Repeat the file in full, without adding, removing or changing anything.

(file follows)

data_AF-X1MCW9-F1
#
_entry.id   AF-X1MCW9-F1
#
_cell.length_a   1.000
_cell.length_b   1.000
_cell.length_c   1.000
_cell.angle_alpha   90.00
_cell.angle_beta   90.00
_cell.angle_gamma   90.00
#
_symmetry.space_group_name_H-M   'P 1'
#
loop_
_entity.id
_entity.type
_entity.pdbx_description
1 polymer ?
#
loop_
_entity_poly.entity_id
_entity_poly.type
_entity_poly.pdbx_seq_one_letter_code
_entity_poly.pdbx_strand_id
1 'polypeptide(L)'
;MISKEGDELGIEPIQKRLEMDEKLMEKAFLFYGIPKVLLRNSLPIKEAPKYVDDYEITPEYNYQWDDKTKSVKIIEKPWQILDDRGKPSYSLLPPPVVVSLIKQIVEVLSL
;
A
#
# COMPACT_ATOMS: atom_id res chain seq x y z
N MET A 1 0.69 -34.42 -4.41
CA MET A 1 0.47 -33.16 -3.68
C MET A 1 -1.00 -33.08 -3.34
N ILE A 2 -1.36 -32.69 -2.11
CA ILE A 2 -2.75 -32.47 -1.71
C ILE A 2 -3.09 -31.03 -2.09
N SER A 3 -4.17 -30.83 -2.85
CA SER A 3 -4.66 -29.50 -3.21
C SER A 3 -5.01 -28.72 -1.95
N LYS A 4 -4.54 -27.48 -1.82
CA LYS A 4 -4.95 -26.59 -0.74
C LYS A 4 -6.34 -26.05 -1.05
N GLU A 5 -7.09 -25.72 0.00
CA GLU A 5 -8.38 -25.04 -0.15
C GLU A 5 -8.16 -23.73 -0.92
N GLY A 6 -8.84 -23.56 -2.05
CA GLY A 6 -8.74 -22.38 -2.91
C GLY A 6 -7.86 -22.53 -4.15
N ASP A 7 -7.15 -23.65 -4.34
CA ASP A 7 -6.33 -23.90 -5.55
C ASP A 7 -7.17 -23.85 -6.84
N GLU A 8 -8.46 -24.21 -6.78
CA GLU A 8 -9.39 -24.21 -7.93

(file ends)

data_AF-X1MCW9-F1
#
_entry.id   AF-X1MCW9-F1
#
_cell.length_a   1.000
_cell.length_b   1.000
_cell.length_c   1.000
_cell.angle_alpha   90.00
_cell.angle_beta   90.00
_cell.angle_gamma   90.00
#
_symmetry.space_group_name_H-M   'P 1'
#
loop_
_entity.id
_entity.type
_entity.pdbx_description
1 polymer ?
#
loop_
_entity_poly.entity_id
_entity_poly.type
_entity_poly.pdbx_seq_one_letter_code
_entity_poly.pdbx_strand_id
1 'polypeptide(L)'
;MISKEGDELGIEPIQKRLEMDEKLMEKAFLFYGIPKVLLRNSLPIKEAPKYVDDYEITPEYNYQWDDKTKSVKIIEKPWQILDDRGKPSYSLLPPPVVVSLIKQIVEVLSL
;
A
#
# COMPACT_ATOMS: atom_id res chain seq x y z
N MET A 1 0.69 -34.42 -4.41
CA MET A 1 0.47 -33.16 -3.68
C MET A 1 -1.00 -33.08 -3.34
N ILE A 2 -1.36 -32.69 -2.11
CA ILE A 2 -2.75 -32.47 -1.71
C ILE A 2 -3.09 -31.03 -2.09
N SER A 3 -4.17 -30.83 -2.85
CA SER A 3 -4.66 -29.50 -3.21
C SER A 3 -5.01 -28.72 -1.95
N LYS A 4 -4.54 -27.48 -1.82
CA LYS A 4 -4.95 -26.59 -0.74
C LYS A 4 -6.34 -26.05 -1.05
N GLU A 5 -7.09 -25.72 0.00
CA GLU A 5 -8.38 -25.04 -0.15
C GLU A 5 -8.16 -23.73 -0.92
N GLY A 6 -8.84 -23.56 -2.05
CA GLY A 6 -8.74 -22.38 -2.91
C GLY A 6 -7.86 -22.53 -4.15
N ASP A 7 -7.15 -23.65 -4.34
CA ASP A 7 -6.33 -23.90 -5.55
C ASP A 7 -7.17 -23.85 -6.84
N GLU A 8 -8.46 -24.21 -6.78
CA GLU A 8 -9.39 -24.21 -7.93